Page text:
Personal papers of Jack Mapanje including correspondence, press cuttings, books and draft manuscripts relating to his time as a political prisoner in Malawi, the campaign for his release and the publication of his poetry.
Mapanje (Jack) Archive
Scope and Content
Administrative / Biographical History
Jack Mapanje was born in Malawi in 1944, growing up in Kadango village in the Mangochi district. He attended school at Kadango, Chikwana Mission, and Zomba Catholic Secondary School before attending the University of Malawi where he was awarded a B.A. degree and a diploma in Education. He then studied for an MPhil. in English and Education at the Institute of Education, University of London. In 1975, Jack returned to Malawi, teaching in secondary schools before becoming a lecturer in the Department of English at Chancellor College, University of Malawi. He returned to the UK to study for a Ph.D. in Linguistics, which he was awarded from University College London in 1983, and then resumed his post at the University of Malawi, where he eventually became Head of the Department of English.
Jack first started to write poetry from despair at the political situation in Malawi; his first collection, Of Chameleons and Gods, was published in the UK in 1981 by Heinemann. The collection was critically acclaimed around the world, but withdrawn from circulation in Malawi in June 1985 by the government of dictator Hastings Banda. In September 1987, Jack was arrested and detained without charge or trial in Mikuyu Prison in Malawi. During his imprisonment, Of Chameleons and Gods won the Rotterdam Poetry International Award in 1988, and Jack was subsequently also awarded the PEN/Barbara Goldsmith Freedom to Write Award in 1990, recognising his fight for freedom of expression. Despite an international campaign by numerous writers, linguists, and human rights activists, including Harold Pinter, Wole Soyinka, Susan Sontag, and Noam Chomsky amongst others, Jack was not released until May 1991, and was given no explanation of his detention. During his time in prison, he wrote his second collection of poetry, The Chattering Wagtails of Mikuyu Prison (1993), and much of his third, Skipping without Ropes (1998).
After leaving Malawi with his wife and children, Jack settled in Britain, where he has lived ever since, and has held numerous prestigious posts in universities, the first of these being a fellowship at the University of York in 1992. He was later an Honorary Visiting Professional Fellow in the School of English at the University of Leeds, where he taught a degree course between 1993 and 1996, and edited the collection Gathering Seaweed: African Prison Writing (2002) based on this course. Jack held a Royal Literary Fund Fellowship at Leeds Trinity University from 1999–2001, and has since held a post as Senior Lecturer in Creative Writing and Literatures of Incarceration at Newcastle University. Most recently, he was awarded an honorary doctorate from the University of Bedfordshire in 2015 and has held a Visiting Professorship post in the Faculty of Arts at York St John University.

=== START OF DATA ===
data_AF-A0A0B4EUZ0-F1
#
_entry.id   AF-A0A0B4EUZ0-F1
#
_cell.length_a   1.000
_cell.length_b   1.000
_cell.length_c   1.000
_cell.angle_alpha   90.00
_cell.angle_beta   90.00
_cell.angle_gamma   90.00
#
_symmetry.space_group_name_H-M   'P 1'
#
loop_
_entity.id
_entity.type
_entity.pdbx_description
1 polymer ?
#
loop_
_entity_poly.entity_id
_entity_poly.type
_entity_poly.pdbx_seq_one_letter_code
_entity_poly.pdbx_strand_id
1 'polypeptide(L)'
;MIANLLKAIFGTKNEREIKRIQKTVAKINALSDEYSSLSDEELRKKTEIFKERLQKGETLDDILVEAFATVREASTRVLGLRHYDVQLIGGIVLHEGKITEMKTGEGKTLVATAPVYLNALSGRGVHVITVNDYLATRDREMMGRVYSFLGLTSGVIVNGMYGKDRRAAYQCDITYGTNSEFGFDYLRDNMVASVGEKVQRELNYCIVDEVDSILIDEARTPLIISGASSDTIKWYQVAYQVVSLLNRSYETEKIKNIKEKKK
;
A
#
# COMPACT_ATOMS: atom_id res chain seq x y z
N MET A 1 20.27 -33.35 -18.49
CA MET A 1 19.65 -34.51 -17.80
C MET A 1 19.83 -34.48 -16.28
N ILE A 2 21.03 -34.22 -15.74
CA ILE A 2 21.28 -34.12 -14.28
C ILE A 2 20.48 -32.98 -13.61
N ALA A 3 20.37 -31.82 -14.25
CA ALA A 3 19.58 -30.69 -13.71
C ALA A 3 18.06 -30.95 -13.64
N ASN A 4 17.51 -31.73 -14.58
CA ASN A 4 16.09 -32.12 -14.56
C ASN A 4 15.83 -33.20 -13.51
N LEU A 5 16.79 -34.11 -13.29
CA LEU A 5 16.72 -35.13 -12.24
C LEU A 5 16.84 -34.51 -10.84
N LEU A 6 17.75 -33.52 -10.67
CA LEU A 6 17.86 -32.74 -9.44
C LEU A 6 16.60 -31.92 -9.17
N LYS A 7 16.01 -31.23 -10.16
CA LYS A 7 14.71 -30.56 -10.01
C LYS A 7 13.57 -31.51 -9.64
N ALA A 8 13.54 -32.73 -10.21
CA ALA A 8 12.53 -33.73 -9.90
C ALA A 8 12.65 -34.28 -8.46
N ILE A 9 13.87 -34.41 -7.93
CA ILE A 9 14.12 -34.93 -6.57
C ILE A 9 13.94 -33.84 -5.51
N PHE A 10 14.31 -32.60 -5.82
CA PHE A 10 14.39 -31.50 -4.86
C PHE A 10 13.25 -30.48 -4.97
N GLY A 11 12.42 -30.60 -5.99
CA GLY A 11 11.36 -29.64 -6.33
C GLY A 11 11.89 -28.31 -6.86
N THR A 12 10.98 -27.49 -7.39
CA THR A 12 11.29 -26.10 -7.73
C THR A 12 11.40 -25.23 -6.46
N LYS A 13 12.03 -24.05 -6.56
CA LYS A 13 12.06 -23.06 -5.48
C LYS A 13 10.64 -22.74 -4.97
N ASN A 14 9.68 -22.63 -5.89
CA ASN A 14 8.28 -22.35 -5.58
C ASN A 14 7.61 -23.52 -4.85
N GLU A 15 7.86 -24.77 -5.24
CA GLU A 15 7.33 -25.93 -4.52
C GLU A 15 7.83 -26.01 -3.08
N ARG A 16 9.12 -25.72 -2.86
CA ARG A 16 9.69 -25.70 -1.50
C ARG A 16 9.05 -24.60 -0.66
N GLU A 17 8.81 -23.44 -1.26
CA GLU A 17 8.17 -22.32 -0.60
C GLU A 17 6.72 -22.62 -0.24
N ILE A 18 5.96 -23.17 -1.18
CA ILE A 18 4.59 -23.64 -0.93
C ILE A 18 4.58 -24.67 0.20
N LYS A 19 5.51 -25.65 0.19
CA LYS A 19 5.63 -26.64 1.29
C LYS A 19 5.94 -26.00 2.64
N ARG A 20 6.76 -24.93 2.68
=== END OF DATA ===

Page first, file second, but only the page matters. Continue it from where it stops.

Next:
Jack has collaborated extensively with charitable trusts and foundations since his release, and worked with the BBC, returning to Malawi to film a documentary with them in 1994. In 2002, his poem 'Seashells of Bridlington North Beach' was broadcast by Julian May on BBC Radio 4 as part of National Poetry Day, and in October 2004, he was a castaway on BBC Radio 4's Desert Island Discs. Jack was also Poet in Residence at The Wordsworth Trust, based at Dove Cottage in Grasmere, Cumbria, from 2002–2004. In 2006, he collaborated with the newly-founded Bilimankhwe Arts on After Mikuyu in partnership with Ovalhouse, and collaborated with them again in 2008 for a rehearsed reading of his play The President's Tobacco at The Young Vic as part of International PEN's Free the Word! Festival at London's South Bank.
Throughout his career, Jack has written and edited several books of poetry. Prior to his arrest, he co-edited two collections of African poetry, Oral Poetry from Africa: an anthology (1983) and Summer Fires: New Poetry of Modern Africa (1983). Since his release, he has co-edited The African Writers' Handbook (1999) and edited the oral literature journal, Kalulu. In 2002, he was awarded the African Literature Association (USA) Fonlon-Nichols Award for his contribution to African poetry and human rights. He selected and edited the poetry of David Rabadiri in An African Thunderstorm & Other Poems (2004), for which he also wrote an introduction. Jack published two further collections of his own poetry in the 2000s, The Last of the Sweet Bananas: New & Selected Poems (2004) and Beasts of Nalunga (2007), the latter of which was shortlisted for the Forward Poetry Prize for Best Poetry Collection of the Year. In 2011, he published his memoir And Crocodiles Are Hungry at Night, and has published a further poetry collection, Greeting from Grandpa (2016).
Conditions Governing Access
Access restrictions apply to parts of this collection in accordance with the United Kingdom's Data Protection Act 1998 and Freedom of Information Act 2000. See individual items for further details on where these restrictions apply. Where restrictions do not apply, access is open to bona fide researchers; appointment in advance and proof of identity required. Please see http://www.ncl.ac.uk/library/specialcollections/using/ for further details.
Deposited by Jack Mapanje in 2016.
Conditions Governing Use
Permission to make published use of any material from Newcastle University's Special Collections must be sought in writing from the Special Collections Librarian (email: firstname.lastname@example.org ) and from the copyright owner if appropriate. The library will assist where possible with the identification of copyright owners, but the responsibility to obtain copyright clearance rests with the user.
No further accruals expected.